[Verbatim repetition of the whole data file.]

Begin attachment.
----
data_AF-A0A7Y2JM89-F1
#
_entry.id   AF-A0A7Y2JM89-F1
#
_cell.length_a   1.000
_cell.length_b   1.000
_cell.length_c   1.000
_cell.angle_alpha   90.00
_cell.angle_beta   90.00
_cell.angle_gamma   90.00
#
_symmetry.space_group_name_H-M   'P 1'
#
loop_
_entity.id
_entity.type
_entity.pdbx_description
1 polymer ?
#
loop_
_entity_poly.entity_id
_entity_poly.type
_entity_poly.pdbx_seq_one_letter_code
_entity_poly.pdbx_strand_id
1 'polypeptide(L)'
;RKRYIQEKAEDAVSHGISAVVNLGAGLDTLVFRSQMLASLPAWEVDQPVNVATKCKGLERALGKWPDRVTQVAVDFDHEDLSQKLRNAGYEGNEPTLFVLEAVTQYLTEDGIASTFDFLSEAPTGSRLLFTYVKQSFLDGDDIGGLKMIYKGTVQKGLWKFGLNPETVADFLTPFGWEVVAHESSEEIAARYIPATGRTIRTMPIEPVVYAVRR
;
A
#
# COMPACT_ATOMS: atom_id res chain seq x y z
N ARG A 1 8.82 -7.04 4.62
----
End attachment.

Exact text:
data_AF-A0A7Y2JM89-F1
#
_entry.id   AF-A0A7Y2JM89-F1
#
_cell.length_a   1.000
_cell.length_b   1.000
_cell.length_c   1.000
_cell.angle_alpha   90.00
_cell.angle_beta   90.00
_cell.angle_gamma   90.00
#
_symmetry.space_group_name_H-M   'P 1'
#
loop_
_entity.id
_entity.type
_entity.pdbx_description
1 polymer ?
#
loop_
_entity_poly.entity_id
_entity_poly.type
_entity_poly.pdbx_seq_one_letter_code
_entity_poly.pdbx_strand_id
1 'polypeptide(L)'
;RKRYIQEKAEDAVSHGISAVVNLGAGLDTLVFRSQMLASLPAWEVDQPVNVATKCKGLERALGKWPDRVTQVAVDFDHEDLSQKLRNAGYEGNEPTLFVLEAVTQYLTEDGIASTFDFLSEAPTGSRLLFTYVKQSFLDGDDIGGLKMIYKGTVQKGLWKFGLNPETVADFLTPFGWEVVAHESSEEIAARYIPATGRTIRTMPIEPVVYAVRR
;
A
#
# COMPACT_ATOMS: atom_id res chain seq x y z
N ARG A 1 8.82 -7.04 4.62